"It makes me appreciate not what I own, but what I have around me. I have an astonishing family that will do anything for me. I have friends that have proven to me time and time again they will do anything for me." Chris said. "I'm rich, I'm just not materially rich."

Chris knows he'd be lucky to earn just $30,000 a year doing comedy, but he's willing to work hard for it. In January, Chris drove almost 1,000 miles to perform in Harrisburg, Penn.

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Chris never expected the fat jokes would come at such a high price so early in his life.

Before the second night's show in Harrisburg, Chris was relaxing in his motel room when his chest started to hurt.

The blood pumped out of his heart as his ruptured aorta pulled back toward his chest and stomach, spreading the pain to his back and gut. His body slowly began filling up with blood, in places it shouldn't have, and his legs went numb.

He grabbed his cell phone and dialed his mother. She told him to hang up immediately and call 911.

Chris was worried that he was going to die. He was lucky to be conscious - 80 percent of those who suffer an aortic aneurysm simply pass out and die. Waiting for the ambulance, he did what most people would do - thought about his family and prayed. But Chris also was thinking about comedy. He didn't want his last gig to be in Harrisburg.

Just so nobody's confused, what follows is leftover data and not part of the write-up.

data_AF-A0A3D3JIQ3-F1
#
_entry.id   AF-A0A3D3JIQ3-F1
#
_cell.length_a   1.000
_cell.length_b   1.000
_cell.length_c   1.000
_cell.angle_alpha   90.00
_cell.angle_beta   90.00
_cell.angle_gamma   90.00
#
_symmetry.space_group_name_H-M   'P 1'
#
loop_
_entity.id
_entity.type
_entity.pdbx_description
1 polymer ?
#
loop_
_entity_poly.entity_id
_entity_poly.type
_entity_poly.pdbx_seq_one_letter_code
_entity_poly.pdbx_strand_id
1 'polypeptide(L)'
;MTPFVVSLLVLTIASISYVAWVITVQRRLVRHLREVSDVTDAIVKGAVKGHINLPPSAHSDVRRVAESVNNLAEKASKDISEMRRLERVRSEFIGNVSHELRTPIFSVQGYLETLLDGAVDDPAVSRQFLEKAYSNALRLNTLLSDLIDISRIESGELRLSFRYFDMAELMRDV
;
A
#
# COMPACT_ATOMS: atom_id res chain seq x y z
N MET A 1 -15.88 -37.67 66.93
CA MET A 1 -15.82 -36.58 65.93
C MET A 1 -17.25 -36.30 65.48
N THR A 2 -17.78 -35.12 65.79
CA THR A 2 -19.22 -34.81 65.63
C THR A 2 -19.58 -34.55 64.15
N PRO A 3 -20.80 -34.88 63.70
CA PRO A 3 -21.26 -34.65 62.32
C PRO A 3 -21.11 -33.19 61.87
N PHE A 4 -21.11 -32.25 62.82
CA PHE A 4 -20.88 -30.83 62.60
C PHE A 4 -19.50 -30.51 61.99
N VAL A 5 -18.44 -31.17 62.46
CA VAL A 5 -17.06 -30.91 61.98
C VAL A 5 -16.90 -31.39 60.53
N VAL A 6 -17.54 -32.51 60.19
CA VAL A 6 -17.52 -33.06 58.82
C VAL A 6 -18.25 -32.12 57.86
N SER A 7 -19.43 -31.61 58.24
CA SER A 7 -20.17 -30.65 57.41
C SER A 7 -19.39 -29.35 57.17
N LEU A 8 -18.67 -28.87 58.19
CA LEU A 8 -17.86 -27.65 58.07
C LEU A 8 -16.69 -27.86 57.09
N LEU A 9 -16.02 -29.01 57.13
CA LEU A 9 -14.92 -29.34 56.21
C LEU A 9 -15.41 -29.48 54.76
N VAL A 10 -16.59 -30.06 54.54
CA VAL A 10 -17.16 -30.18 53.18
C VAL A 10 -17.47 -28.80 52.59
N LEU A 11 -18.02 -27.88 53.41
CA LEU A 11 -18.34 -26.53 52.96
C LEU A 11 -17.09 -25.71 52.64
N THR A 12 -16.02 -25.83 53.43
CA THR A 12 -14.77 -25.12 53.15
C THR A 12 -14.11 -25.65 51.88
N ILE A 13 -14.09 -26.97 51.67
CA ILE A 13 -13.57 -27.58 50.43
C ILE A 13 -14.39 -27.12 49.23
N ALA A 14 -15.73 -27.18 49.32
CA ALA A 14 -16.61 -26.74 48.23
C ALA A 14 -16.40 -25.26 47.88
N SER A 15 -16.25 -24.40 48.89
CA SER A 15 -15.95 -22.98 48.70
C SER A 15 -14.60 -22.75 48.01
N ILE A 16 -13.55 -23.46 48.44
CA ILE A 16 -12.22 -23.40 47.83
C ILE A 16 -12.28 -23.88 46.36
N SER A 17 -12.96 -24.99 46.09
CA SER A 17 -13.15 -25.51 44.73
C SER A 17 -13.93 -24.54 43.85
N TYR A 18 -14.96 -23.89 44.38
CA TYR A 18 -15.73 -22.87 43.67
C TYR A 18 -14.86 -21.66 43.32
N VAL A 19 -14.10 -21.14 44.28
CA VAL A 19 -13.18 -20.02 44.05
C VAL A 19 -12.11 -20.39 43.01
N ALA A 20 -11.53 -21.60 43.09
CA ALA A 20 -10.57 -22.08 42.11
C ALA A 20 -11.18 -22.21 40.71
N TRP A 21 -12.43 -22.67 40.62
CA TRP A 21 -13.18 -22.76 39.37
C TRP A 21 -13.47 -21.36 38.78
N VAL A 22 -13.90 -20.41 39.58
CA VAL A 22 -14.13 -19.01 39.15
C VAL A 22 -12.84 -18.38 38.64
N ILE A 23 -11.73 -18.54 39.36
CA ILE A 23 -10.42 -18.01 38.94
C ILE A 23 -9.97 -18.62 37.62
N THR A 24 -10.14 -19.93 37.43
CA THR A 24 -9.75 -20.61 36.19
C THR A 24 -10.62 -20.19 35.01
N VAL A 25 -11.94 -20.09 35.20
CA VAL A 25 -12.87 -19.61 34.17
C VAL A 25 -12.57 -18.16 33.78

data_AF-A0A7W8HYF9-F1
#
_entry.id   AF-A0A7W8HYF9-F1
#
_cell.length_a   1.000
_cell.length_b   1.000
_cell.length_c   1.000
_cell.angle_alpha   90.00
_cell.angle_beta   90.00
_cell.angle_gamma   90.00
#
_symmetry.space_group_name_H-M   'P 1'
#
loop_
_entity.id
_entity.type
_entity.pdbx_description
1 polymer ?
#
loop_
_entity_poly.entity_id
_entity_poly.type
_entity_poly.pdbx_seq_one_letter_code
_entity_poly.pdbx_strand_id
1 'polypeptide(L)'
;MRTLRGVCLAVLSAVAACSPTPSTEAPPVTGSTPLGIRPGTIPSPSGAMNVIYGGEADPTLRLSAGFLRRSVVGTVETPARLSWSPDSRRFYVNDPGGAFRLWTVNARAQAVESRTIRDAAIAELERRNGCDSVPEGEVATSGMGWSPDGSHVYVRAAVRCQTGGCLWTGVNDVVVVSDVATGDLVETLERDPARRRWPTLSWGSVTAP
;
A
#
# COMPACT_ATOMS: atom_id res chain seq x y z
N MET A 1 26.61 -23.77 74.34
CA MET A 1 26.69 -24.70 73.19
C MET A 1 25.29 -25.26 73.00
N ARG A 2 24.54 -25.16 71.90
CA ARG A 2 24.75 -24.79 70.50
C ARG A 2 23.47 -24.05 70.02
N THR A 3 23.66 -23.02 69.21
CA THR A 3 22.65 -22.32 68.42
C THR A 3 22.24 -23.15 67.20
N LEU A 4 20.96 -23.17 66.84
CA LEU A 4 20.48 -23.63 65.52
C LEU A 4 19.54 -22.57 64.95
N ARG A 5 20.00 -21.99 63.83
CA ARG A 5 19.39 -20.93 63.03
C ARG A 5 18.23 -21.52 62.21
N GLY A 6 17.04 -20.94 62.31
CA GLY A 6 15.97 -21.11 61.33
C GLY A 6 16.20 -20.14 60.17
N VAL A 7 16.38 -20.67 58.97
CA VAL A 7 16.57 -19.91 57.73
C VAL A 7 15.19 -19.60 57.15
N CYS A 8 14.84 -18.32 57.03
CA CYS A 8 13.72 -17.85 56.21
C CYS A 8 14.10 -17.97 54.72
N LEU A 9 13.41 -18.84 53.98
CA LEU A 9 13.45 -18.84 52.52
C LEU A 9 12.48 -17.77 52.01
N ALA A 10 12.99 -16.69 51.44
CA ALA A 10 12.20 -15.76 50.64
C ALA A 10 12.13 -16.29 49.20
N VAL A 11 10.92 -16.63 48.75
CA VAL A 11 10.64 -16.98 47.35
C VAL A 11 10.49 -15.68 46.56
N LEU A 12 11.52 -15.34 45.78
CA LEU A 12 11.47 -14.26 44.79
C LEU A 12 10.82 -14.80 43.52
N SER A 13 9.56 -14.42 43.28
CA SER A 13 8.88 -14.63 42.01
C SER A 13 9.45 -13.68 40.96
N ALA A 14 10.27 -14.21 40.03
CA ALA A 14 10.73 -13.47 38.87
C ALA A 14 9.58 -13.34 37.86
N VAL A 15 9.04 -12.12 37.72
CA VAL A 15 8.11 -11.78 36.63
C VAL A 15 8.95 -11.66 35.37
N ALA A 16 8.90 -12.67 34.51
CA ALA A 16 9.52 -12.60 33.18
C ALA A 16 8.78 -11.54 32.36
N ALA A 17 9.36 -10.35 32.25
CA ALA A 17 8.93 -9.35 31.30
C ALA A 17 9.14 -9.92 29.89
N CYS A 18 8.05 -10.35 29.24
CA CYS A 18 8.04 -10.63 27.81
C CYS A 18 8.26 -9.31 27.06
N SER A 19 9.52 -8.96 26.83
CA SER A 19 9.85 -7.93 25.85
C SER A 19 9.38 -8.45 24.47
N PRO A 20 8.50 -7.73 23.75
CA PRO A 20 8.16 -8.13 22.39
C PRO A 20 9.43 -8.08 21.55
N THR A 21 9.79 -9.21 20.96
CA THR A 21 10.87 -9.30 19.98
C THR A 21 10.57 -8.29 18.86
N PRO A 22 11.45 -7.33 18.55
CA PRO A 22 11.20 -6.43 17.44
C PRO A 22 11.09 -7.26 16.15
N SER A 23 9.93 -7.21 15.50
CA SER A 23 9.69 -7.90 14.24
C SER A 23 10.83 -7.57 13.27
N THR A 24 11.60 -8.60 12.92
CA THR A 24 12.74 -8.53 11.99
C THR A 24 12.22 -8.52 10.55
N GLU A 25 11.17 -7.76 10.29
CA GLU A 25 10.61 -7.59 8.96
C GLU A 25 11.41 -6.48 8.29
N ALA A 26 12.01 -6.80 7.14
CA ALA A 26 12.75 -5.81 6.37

He made it to the hospital, and the surgeon told him they'd have to operate.

Chris was lucky to be among the 20 percent who make it to the hospital. The doctors said he'd have a 50/50 chance of making it through the surgery.

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"Chest pains. No Joke. Don't worry. My mom knows."

That was the text message Chris sent to J.C. Currais.

The friends met five years agowhen Chris started mentoring J.C.in group workshops.

"Without Chris Cope, I wouldn't be doing comedy professionally right now," J.C. said. "I started off doing a lot of really fucking weird material. And Chris does a lot of down-to-earth stuff. Chris was somebody who said, "You can just be you.'"

J.C. said Chris is the sharpest comedian he's ever seen - that he can go on stage for an hour with just three jokes and fill the rest of the time with crowd work, a comedian term for engaging the audience with improvisational interaction.

"His ability to interact with any audience is unmatched, and it's from years of performing and being willing to, at any moment, say, ‘Well, I don't have to perform anymore' and just talk - and it works because he's so sharp," J.C. said. He's like a bear trap."

And in all of their years performing together, J.C. said he's never seen Chris lose it on stage.

"If Chris goes into the audience and someone from the audience comes back at him - they're walking out of the room because they're so embarrassed because of what Chris is saying or they're standing up and applauding," J.C. said. "He's either winning them over or walking them out."

As their professional careers developed, so did their off-stage friendship. "He's like a brother to me," J.C. said.